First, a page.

Why private/protected members must originate from the same class for type compatibility?

In TypeScript Handbook, it says:

Private and protected members in a class affect their compatibility. When an instance of a class is checked for compatibility, if the instance contains a private member, then the target type must also contain a private member that originated from the same class. Likewise, the same applies for an instance with a protected member. This allows a class to be assignment compatible with its super class, but not with classes from a different inheritance hierarchy which otherwise have the same shape.

While type compatibility in TypeScript being structural (duck typing):

class Animal {
    feet: number;
}

class Size {
    feet: number;
}

let a: Animal = new Size; // Ok!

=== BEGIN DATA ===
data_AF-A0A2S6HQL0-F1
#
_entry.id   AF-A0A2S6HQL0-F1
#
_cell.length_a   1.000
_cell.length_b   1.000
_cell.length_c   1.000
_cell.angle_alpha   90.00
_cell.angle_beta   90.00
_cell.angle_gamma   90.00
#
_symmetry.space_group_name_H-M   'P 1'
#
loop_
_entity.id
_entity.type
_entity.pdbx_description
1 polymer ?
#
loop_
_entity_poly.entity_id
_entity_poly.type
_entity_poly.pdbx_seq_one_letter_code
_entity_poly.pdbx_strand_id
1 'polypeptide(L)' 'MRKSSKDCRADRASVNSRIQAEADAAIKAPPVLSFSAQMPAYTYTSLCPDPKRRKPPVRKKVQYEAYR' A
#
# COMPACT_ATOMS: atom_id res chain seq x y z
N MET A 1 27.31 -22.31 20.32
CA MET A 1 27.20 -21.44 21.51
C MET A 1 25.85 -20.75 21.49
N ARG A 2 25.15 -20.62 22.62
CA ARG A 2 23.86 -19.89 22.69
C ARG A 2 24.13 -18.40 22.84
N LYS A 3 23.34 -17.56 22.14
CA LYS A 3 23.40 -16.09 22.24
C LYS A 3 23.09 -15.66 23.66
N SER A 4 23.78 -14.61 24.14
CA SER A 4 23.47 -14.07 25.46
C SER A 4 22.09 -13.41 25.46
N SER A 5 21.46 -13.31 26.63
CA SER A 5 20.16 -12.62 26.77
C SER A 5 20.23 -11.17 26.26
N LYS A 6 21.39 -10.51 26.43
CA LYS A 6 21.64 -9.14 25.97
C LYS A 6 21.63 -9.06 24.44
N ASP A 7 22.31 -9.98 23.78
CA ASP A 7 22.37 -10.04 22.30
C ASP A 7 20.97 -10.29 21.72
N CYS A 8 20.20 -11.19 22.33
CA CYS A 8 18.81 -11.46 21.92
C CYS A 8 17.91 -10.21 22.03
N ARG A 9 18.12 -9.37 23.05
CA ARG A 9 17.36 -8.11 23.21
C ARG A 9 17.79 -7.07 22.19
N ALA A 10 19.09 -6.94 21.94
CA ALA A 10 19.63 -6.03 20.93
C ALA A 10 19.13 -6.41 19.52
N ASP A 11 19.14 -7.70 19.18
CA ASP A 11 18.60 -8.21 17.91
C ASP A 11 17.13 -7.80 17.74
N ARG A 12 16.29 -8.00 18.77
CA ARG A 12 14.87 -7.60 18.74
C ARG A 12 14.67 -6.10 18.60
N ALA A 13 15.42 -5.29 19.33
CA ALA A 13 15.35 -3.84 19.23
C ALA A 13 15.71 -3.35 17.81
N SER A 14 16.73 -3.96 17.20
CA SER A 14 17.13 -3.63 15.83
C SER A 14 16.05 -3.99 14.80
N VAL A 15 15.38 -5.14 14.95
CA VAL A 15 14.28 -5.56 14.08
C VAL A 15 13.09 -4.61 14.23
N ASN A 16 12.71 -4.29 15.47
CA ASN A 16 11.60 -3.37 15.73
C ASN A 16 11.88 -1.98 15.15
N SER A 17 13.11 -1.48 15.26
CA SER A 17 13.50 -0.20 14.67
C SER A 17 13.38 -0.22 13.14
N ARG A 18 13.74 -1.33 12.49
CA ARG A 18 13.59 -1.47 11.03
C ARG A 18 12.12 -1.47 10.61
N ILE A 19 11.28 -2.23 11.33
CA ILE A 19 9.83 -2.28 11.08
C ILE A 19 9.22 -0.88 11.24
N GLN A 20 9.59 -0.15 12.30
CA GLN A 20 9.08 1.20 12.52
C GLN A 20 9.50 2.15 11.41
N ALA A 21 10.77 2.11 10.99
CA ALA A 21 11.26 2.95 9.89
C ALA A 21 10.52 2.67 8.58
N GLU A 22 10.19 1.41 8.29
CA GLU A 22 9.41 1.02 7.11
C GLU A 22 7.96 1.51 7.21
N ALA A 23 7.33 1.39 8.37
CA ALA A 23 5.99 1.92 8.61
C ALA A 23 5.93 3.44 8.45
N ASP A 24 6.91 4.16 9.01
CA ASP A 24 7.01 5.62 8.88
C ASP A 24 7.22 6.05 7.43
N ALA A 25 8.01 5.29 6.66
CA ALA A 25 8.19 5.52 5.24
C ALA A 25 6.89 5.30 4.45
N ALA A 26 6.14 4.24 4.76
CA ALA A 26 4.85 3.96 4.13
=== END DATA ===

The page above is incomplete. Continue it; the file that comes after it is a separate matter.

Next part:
the cases for class containing protected/private members is actually nominal:

class Animal {
    private feet: number;
}

class Size {
    private feet: number;
}

let a: Animal = new Size; // Error!

Could anyone explain why this inconsistency exists in TypeScript between public and protected/private members?

Answer

This is by design to prevent private/protected members from being accessed from a different type.

From https://github.com/Microsoft/TypeScript/issues/7755:

Consider something like this

class Foo {
    private versionNumber = 10;

    public compareTo(other: Foo) {
        return this.getVersion() === other.getVersion();
    }

    private getVersion() {
        return this.versionNumber;
    }
}

class Bar {
    private myName = 'default;'
    public compareTo(other: Bar) {
        return this.myName === other.myName;
    }

    private getVersion() {
        /* ... DANGEROUS CODE HERE ...*/
        return -1;
    }
}

By inspection, Bar#getVersion is never invoked — it’s a private method and there are no calls to it from the originating class. That inspection ought to be sufficient for code that doesn’t actively try to work around the typechecker.

But this code does invoke Bar#getVersion:

let f = new Foo();
let b = new Bar();
f.compareTo(b);

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